This study investigated the effect of unilateral occlusal elevation in the molar region on facial and mandibular development in growing rats.

Materials and Methods:

Thirty 5-week-old male Wistar rats were randomly allocated to three groups (n = 10). The control group was allowed to develop naturally until 9 weeks of age. A device fitted on the caused unilateral occlusal elevation at 5 weeks in the removal group. The device was removed at 7 weeks and the rats were observed until 9 weeks. In the continuation group, the same device fitted on the left-side molars caused unilateral occlusal elevation continuously for 9 weeks. All groups underwent craniofacial scanning with three-dimensional micro-computed tomography at 5, 7, and 9 weeks.


In the removal and continuation groups, the mandible was displaced to the unelevated side. At 7 weeks, both these groups showed greater skeletal growth and molar extrusion on the elevated side, with significant differences between the elevated and unelevated sides. At 9 weeks, there were significant differences in both skeletal and alveolar growth between these groups; the asymmetry ameliorated in the removal group.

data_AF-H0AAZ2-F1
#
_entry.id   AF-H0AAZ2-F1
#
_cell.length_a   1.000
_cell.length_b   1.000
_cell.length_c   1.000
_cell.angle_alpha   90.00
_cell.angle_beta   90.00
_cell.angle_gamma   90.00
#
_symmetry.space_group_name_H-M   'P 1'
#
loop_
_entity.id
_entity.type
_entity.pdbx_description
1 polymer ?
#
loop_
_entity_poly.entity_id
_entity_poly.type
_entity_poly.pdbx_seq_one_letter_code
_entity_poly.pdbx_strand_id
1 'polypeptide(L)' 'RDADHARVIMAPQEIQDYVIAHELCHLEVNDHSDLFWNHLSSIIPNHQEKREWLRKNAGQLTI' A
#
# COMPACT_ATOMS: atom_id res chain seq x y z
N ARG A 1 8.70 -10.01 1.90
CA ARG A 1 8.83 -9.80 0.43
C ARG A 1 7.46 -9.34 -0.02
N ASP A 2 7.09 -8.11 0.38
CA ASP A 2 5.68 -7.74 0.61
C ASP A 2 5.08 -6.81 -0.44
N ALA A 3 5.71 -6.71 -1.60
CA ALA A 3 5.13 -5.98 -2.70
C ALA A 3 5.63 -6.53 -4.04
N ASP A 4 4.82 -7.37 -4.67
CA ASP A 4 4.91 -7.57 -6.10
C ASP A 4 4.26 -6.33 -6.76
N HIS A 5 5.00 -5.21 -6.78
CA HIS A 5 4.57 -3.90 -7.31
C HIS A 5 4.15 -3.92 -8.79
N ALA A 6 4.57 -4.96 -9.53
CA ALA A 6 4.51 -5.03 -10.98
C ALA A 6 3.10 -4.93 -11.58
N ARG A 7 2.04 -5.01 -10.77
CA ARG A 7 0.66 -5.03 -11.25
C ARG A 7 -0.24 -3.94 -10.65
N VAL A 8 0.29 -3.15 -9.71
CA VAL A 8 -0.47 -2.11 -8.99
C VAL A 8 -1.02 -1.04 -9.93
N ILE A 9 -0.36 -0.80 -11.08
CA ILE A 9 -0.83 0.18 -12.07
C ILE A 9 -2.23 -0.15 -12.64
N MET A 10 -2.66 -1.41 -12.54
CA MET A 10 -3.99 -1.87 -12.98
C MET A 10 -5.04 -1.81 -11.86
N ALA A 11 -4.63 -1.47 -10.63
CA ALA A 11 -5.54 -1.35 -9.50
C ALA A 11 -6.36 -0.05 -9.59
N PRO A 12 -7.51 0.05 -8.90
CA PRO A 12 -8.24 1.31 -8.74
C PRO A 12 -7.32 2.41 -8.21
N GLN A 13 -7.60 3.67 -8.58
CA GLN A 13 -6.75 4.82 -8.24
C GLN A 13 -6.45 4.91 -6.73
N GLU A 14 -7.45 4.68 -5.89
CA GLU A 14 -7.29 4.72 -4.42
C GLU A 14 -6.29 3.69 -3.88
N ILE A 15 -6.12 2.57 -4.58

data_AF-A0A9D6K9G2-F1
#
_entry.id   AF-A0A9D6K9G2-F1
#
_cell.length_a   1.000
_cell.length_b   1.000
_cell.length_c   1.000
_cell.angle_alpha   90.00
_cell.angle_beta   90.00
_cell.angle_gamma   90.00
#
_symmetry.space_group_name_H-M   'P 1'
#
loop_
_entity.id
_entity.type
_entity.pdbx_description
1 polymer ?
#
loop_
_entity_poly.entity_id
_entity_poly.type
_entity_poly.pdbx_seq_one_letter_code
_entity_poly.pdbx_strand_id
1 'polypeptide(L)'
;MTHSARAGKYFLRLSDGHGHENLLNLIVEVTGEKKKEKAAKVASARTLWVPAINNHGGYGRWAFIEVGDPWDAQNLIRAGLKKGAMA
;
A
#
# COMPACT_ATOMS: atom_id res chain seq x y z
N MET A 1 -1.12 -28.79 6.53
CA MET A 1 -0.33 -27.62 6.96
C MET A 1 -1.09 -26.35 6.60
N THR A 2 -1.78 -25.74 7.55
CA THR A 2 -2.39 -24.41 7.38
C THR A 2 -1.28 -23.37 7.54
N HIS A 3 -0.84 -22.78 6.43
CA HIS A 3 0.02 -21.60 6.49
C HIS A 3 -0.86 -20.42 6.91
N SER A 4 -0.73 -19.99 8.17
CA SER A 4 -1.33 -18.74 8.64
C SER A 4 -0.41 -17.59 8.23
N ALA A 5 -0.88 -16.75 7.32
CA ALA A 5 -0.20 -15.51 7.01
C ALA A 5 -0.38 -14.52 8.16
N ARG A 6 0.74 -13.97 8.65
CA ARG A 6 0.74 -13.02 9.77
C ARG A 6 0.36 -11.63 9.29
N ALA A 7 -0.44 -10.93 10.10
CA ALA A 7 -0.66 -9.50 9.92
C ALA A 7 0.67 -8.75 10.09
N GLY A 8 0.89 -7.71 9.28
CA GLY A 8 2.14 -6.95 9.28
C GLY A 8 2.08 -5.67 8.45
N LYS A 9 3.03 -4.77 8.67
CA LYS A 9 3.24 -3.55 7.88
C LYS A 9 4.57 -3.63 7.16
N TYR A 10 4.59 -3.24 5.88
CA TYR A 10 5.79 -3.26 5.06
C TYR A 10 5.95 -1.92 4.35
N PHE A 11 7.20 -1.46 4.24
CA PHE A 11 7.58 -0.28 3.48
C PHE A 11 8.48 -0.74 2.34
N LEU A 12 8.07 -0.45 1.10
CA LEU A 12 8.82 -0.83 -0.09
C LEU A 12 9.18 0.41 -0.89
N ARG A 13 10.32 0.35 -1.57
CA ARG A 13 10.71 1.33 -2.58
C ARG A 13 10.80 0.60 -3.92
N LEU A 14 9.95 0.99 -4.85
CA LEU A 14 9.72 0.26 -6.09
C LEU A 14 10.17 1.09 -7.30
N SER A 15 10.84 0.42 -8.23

We evaluated three-dimensional morphometry by fitting a device to rat molars for a short observation period; thus, future studies are warranted to acquire data following long-term observation.


Unilateral occlusal elevation during the growth period suppressed molar eruption and extrusion on the elevated and unelevated sides, respectively. The height of the mandibular ramus increased on the elevated side, resulting in asymmetric growth.

Keywords: X-Ray microtomography, Molar, Malocclusion, Facial asymmetry, Orthopedics, Orthodontics, Growth.
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